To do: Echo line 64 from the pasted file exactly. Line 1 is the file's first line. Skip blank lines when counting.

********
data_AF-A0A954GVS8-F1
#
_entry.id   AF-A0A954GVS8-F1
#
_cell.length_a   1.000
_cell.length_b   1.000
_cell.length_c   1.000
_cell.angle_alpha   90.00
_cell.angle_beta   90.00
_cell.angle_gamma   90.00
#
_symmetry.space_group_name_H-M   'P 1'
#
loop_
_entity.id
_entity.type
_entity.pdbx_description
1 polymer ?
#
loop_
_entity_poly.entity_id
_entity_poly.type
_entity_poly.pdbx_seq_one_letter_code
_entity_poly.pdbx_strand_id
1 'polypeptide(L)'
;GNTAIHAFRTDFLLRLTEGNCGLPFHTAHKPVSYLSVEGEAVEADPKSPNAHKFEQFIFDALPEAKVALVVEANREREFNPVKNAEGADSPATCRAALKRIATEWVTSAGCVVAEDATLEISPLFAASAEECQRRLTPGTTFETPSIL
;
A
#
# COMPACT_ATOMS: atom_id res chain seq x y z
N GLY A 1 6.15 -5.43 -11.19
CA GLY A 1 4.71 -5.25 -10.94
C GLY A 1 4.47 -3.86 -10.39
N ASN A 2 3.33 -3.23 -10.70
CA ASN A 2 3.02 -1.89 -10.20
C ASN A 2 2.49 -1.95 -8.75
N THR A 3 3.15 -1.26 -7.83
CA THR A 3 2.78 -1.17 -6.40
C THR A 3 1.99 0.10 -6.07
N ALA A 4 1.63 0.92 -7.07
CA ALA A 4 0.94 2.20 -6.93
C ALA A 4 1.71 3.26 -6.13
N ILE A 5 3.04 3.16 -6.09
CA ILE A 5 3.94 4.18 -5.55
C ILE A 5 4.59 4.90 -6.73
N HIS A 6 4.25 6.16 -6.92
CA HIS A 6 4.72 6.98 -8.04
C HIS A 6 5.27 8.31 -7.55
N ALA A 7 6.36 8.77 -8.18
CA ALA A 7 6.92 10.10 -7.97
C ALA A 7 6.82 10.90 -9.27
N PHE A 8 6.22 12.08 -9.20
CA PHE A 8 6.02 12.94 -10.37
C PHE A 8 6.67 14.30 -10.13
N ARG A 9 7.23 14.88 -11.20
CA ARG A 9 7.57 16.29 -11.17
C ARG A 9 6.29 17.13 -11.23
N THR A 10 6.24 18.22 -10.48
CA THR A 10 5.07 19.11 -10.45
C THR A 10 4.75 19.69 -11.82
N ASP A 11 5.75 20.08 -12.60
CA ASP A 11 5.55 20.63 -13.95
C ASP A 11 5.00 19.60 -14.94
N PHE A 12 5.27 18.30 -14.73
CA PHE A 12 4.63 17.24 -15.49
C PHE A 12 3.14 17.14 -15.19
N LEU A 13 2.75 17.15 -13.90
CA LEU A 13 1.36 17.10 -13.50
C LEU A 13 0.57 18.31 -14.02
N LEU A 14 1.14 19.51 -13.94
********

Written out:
N PHE A 12 5.27 18.30 -14.73